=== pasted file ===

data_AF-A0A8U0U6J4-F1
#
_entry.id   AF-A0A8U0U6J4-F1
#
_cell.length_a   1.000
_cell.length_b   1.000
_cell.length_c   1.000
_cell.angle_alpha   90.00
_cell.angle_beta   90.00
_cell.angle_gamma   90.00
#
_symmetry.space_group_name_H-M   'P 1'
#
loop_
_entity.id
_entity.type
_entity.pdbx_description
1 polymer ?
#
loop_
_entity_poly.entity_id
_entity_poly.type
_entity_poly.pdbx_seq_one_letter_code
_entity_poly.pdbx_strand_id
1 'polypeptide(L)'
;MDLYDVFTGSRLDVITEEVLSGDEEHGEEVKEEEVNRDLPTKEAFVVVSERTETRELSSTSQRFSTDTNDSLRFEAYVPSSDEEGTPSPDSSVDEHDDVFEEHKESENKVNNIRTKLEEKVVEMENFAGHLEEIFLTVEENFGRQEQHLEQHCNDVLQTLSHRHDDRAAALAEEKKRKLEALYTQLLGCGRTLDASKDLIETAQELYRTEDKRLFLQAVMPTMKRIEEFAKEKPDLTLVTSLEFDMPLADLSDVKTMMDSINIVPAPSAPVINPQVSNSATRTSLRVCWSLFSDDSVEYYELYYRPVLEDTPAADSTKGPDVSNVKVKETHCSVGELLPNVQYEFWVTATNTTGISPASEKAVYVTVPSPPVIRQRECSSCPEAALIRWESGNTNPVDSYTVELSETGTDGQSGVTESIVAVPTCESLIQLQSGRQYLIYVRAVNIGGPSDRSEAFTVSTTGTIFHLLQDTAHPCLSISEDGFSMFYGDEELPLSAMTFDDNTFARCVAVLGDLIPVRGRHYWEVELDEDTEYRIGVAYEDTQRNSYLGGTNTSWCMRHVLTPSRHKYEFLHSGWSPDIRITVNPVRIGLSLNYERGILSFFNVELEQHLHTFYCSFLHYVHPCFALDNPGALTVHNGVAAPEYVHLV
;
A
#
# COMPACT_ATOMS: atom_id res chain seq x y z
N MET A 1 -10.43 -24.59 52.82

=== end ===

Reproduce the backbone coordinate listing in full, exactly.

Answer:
data_AF-A0A8U0U6J4-F1
#
_entry.id   AF-A0A8U0U6J4-F1
#
_cell.length_a   1.000
_cell.length_b   1.000
_cell.length_c   1.000
_cell.angle_alpha   90.00
_cell.angle_beta   90.00
_cell.angle_gamma   90.00
#
_symmetry.space_group_name_H-M   'P 1'
#
loop_
_entity.id
_entity.type
_entity.pdbx_description
1 polymer ?
#
loop_
_entity_poly.entity_id
_entity_poly.type
_entity_poly.pdbx_seq_one_letter_code
_entity_poly.pdbx_strand_id
1 'polypeptide(L)'
;MDLYDVFTGSRLDVITEEVLSGDEEHGEEVKEEEVNRDLPTKEAFVVVSERTETRELSSTSQRFSTDTNDSLRFEAYVPSSDEEGTPSPDSSVDEHDDVFEEHKESENKVNNIRTKLEEKVVEMENFAGHLEEIFLTVEENFGRQEQHLEQHCNDVLQTLSHRHDDRAAALAEEKKRKLEALYTQLLGCGRTLDASKDLIETAQELYRTEDKRLFLQAVMPTMKRIEEFAKEKPDLTLVTSLEFDMPLADLSDVKTMMDSINIVPAPSAPVINPQVSNSATRTSLRVCWSLFSDDSVEYYELYYRPVLEDTPAADSTKGPDVSNVKVKETHCSVGELLPNVQYEFWVTATNTTGISPASEKAVYVTVPSPPVIRQRECSSCPEAALIRWESGNTNPVDSYTVELSETGTDGQSGVTESIVAVPTCESLIQLQSGRQYLIYVRAVNIGGPSDRSEAFTVSTTGTIFHLLQDTAHPCLSISEDGFSMFYGDEELPLSAMTFDDNTFARCVAVLGDLIPVRGRHYWEVELDEDTEYRIGVAYEDTQRNSYLGGTNTSWCMRHVLTPSRHKYEFLHSGWSPDIRITVNPVRIGLSLNYERGILSFFNVELEQHLHTFYCSFLHYVHPCFALDNPGALTVHNGVAAPEYVHLV
;
A
#
# COMPACT_ATOMS: atom_id res chain seq x y z
N MET A 1 -10.43 -24.59 52.82